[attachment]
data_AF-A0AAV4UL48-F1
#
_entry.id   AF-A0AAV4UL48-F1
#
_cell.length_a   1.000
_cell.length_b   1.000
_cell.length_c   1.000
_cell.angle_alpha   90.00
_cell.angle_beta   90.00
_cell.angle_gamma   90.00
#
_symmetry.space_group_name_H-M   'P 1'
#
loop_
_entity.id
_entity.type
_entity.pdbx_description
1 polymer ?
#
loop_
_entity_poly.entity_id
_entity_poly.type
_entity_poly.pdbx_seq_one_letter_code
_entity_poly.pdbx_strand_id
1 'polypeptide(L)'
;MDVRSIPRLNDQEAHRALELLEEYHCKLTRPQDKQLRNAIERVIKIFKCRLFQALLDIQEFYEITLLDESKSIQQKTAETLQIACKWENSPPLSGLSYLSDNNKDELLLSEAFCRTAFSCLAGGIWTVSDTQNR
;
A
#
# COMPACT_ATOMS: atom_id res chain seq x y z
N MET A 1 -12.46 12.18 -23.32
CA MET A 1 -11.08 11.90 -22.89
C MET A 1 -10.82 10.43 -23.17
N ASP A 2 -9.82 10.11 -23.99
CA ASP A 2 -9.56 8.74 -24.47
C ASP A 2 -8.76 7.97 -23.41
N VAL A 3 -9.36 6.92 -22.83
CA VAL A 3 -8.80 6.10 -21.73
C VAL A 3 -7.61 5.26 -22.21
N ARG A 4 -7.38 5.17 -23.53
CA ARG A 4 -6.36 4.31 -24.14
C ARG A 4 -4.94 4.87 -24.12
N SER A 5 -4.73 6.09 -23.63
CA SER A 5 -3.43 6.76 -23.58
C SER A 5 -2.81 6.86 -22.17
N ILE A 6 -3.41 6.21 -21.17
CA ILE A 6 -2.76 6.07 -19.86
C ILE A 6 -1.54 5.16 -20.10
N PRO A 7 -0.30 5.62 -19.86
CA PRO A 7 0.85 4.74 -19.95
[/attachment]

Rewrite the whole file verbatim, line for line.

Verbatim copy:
data_AF-A0AAV4UL48-F1
#
_entry.id   AF-A0AAV4UL48-F1
#
_cell.length_a   1.000
_cell.length_b   1.000
_cell.length_c   1.000
_cell.angle_alpha   90.00
_cell.angle_beta   90.00
_cell.angle_gamma   90.00
#
_symmetry.space_group_name_H-M   'P 1'
#
loop_
_entity.id
_entity.type
_entity.pdbx_description
1 polymer ?
#
loop_
_entity_poly.entity_id
_entity_poly.type
_entity_poly.pdbx_seq_one_letter_code
_entity_poly.pdbx_strand_id
1 'polypeptide(L)'
;MDVRSIPRLNDQEAHRALELLEEYHCKLTRPQDKQLRNAIERVIKIFKCRLFQALLDIQEFYEITLLDESKSIQQKTAETLQIACKWENSPPLSGLSYLSDNNKDELLLSEAFCRTAFSCLAGGIWTVSDTQNR
;
A
#
# COMPACT_ATOMS: atom_id res chain seq x y z
N MET A 1 -12.46 12.18 -23.32
CA MET A 1 -11.08 11.90 -22.89
C MET A 1 -10.82 10.43 -23.17
N ASP A 2 -9.82 10.11 -23.99
CA ASP A 2 -9.56 8.74 -24.47
C ASP A 2 -8.76 7.97 -23.41
N VAL A 3 -9.36 6.92 -22.83
CA VAL A 3 -8.80 6.10 -21.73
C VAL A 3 -7.61 5.26 -22.21
N ARG A 4 -7.38 5.17 -23.53
CA ARG A 4 -6.36 4.31 -24.14
C ARG A 4 -4.94 4.87 -24.12
N SER A 5 -4.73 6.09 -23.63
CA SER A 5 -3.43 6.76 -23.58
C SER A 5 -2.81 6.86 -22.17
N ILE A 6 -3.41 6.21 -21.17
CA ILE A 6 -2.76 6.07 -19.86
C ILE A 6 -1.54 5.16 -20.10
N PRO A 7 -0.30 5.62 -19.86
CA PRO A 7 0.85 4.74 -19.95